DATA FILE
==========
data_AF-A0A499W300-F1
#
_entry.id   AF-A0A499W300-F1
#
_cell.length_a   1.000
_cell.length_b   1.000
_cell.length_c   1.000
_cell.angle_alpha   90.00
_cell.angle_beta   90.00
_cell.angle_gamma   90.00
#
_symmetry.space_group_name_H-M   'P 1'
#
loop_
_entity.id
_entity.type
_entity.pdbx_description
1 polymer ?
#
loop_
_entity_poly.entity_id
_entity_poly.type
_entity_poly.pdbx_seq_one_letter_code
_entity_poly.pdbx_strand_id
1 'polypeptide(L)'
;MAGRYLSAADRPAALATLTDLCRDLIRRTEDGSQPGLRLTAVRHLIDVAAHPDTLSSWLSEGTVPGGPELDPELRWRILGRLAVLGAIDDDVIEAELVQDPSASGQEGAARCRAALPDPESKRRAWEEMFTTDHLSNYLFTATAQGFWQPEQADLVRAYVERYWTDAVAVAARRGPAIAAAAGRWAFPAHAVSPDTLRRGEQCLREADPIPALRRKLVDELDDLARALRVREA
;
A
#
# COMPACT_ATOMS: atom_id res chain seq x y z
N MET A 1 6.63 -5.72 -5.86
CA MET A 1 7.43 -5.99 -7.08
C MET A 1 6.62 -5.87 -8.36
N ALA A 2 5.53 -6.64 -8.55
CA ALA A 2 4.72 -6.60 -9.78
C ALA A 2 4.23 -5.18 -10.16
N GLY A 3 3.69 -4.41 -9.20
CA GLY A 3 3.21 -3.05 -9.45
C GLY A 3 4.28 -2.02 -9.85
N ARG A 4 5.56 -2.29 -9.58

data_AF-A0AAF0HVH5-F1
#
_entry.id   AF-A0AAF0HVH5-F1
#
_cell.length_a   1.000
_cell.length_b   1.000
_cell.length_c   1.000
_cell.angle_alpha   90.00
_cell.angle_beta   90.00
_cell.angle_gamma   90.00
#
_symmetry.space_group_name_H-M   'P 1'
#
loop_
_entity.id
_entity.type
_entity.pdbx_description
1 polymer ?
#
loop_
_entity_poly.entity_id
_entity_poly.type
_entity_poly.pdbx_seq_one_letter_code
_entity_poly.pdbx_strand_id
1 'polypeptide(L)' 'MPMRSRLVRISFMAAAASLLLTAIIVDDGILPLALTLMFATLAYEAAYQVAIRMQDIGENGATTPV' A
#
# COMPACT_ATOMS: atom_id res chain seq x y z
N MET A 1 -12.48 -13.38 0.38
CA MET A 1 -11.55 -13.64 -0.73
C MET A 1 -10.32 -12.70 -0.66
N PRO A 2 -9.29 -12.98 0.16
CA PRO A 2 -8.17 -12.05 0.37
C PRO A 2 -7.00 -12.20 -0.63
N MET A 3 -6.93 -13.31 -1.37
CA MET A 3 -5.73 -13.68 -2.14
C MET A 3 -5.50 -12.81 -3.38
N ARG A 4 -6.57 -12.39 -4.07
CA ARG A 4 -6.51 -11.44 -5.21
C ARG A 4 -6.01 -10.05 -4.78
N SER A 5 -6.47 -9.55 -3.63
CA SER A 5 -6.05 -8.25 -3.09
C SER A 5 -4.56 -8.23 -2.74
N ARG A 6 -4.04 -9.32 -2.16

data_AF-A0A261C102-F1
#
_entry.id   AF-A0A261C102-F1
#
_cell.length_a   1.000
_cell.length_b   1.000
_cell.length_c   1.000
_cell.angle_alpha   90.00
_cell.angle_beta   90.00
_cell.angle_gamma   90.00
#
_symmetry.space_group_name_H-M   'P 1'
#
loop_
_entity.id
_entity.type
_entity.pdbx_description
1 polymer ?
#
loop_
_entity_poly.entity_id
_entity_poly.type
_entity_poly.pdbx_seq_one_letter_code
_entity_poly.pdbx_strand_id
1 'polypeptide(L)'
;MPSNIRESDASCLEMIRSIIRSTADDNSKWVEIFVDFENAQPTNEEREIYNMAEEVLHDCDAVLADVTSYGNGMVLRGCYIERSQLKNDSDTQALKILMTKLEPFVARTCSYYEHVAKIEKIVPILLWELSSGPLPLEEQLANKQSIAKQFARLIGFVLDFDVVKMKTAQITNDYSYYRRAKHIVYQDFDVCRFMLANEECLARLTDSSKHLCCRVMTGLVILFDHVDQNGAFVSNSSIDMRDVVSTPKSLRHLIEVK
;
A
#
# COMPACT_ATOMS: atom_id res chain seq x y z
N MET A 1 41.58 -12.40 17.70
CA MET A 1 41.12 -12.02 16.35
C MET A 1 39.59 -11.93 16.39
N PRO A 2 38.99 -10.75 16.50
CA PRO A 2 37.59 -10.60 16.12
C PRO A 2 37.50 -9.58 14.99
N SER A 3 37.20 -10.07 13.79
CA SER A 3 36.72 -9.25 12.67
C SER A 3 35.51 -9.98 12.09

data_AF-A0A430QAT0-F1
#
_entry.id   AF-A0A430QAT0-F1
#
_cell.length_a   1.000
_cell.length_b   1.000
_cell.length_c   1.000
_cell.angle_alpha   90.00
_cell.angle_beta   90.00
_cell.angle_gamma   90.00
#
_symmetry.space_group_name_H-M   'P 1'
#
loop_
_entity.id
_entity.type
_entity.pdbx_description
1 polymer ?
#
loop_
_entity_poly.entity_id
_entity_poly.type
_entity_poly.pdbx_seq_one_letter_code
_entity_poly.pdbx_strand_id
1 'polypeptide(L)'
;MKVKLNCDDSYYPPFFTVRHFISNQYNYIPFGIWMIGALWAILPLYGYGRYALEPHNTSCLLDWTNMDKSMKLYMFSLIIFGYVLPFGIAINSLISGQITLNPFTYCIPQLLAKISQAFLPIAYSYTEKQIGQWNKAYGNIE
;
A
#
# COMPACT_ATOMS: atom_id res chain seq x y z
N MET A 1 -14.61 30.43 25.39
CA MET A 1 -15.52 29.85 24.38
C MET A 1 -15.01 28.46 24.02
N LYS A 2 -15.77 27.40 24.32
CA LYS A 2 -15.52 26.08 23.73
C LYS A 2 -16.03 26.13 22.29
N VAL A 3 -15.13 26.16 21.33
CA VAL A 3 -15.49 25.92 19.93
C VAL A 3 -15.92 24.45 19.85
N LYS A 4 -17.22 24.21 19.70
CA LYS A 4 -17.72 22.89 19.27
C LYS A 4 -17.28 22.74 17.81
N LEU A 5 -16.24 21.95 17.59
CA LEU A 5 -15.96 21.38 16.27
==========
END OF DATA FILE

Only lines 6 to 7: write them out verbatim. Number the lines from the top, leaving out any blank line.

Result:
_cell.length_b   1.000
_cell.length_c   1.000